Women inmates represent a socially disadvantaged group with high-risk behavior and low participation in the Pap smear More Details screening programs, therefore, they have a higher propensity for developing cervical carcinoma than the general population. [4-8] Prevalence rates as high as 10% for carcinoma in situ, 16% for syphilis, and 5% for gonorrhea have been reported in detainees. [4,5] We studied the results of cervical screening in female prisoners, in addition to cytology specimen adequacy, and biopsy/loop electrosurgical procedure specimens (LEEP) follow-up.
| » Methods|| |
We reviewed the cytology reports for 1024 cervical conventional smears performed and referred to us from the Correctional Center in Columbus, Ohio during a 12-month period. Our laboratory was the exclusive referral laboratory for this institution. The Papanicolaou-stained conventional cervico-vaginal smears were classified according to the Bethesda system (1988): within normal limits (WNL), atypical squamous cells of uncertain significance (ASCUS), atypical glandular cells of unknown significance (AGUS), low grade squamous intraepithelial lesion (LGSIL), high grade squamous intraepithelial lesion (HGSIL), carcinoma, and unsatisfactory for evaluation. The prevalence of abnormal cytological results and unsatisfactory smears in the inmate population was compared to the general population represented by 40,993 conventional Pap smears referred to us for screening over the same 12 month-period. A "z" test for comparing proportions was used to assess statistical significance.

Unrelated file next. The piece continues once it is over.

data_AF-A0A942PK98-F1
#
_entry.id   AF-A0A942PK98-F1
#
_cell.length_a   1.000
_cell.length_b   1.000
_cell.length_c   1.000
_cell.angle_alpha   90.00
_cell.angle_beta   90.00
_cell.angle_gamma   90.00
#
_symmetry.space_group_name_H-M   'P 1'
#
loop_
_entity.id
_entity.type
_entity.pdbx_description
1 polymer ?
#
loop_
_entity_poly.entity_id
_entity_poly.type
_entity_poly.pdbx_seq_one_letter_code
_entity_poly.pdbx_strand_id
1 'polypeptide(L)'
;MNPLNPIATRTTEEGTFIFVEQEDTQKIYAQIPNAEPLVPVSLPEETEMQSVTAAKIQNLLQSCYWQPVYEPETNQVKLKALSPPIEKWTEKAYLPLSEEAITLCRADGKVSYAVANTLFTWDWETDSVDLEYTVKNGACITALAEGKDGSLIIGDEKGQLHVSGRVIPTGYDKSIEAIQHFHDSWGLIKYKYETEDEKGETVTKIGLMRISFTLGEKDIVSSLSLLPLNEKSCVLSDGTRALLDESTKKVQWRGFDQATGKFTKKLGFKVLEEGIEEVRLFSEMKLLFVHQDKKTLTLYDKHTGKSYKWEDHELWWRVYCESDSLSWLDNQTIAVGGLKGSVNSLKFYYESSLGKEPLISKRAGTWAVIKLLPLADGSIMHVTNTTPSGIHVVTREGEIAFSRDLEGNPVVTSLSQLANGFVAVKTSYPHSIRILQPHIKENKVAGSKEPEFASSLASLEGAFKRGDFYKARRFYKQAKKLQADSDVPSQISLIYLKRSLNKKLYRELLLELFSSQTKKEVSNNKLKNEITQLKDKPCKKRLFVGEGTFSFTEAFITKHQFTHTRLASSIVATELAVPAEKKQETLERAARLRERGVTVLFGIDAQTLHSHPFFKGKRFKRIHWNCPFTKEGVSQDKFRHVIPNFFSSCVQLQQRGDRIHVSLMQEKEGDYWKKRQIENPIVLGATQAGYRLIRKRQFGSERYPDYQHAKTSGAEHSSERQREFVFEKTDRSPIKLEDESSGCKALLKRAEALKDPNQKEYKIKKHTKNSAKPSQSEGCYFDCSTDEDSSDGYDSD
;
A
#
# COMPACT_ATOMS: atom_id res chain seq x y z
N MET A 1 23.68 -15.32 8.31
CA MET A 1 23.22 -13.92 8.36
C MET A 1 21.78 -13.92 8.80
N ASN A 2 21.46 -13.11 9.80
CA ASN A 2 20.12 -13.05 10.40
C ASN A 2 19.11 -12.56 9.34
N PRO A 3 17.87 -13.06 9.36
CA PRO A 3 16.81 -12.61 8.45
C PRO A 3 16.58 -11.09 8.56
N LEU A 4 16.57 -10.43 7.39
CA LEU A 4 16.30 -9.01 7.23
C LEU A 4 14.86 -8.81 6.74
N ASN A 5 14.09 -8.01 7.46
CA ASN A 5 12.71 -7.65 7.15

We also studied the age distribution of HGSIL and LGSIL in the prisoner population. The total number of follow-up biopsies/LEEP over the same time period was 75 and these were performed in inmates who had cytological diagnoses of ASCUS, LGSIL, and HGSIL. This research was conducted with approval of the Institutional Review Board at The Ohio State University (Protocol number 2002H0089).
| » Results|| |
HGSIL was diagnosed in 1.3% of the cervical smears from the inmate population versus 0.6% in the general population (p < 0.01). LGSIL was diagnosed in 5.9% versus 5.7%, respectively. Atypical smears (ASCUS/AGUS) were seen in 9.4% of cases within the inmate population versus 10.2% within the general population. The unsatisfactory rate was 1.6% compared to 0.3% in the general population (p < 0.01) [Table 1]. Smears were unsatisfactory for cytological evaluation due to insufficient material (50%), heavy inflammation (31.3%) and obscuring blood (18.7%).
The age distribution of Pap smear abnormalities in the study population was studied. The average age for HGSIL was 30.5 years (S.D. = 5.7), while that for LGSIL was 27.2 years (S.D. = 6.1).
A total of 73 biopsies and 2 LEEP were performed at the Correctional Center and sent to us for evaluation within the same 12 month-period. These specimens provided the tissue follow-up of abnormal cytologic results. Follow-up tissue diagnosis was obtained in 24.3% of the abnormal cytology results (ASCUS, LGSIL, and HGSIL). Of the HGSIL Pap smears, only 61.5% had a subsequent tissue diagnosis. Thirty-nine biopsies (52% of the all inmate biopsies and LEEP) showed CIN II/III (cervical intraepithelial neoplasia II/III). Eight of these thirty-nine follow-up biopsies diagnosed as CIN II/III had a previous cervical cytology diagnosis of ASCUS. On re-evaluation, these missed HGSIL cervical smears showed obscuring blood, heavy inflammation, thick areas, drying artifact and/or poor fixation, many being regarded as inadequate for diagnosis.
| » Discussion|| |
Cervical squamous intraepithelial lesions are more common in teenagers, HIV positive women and socially disadvantaged populations, [10-15] findings shown to be related not only to the last few decades' sexual revolution, but also to deficient Pap smear screening. [10,12] While the prevalence of preneoplastic lesions has been rising, the age at diagnosis has been falling, reaching a peak between ages 20 and 30 [2, 3, 11, 13].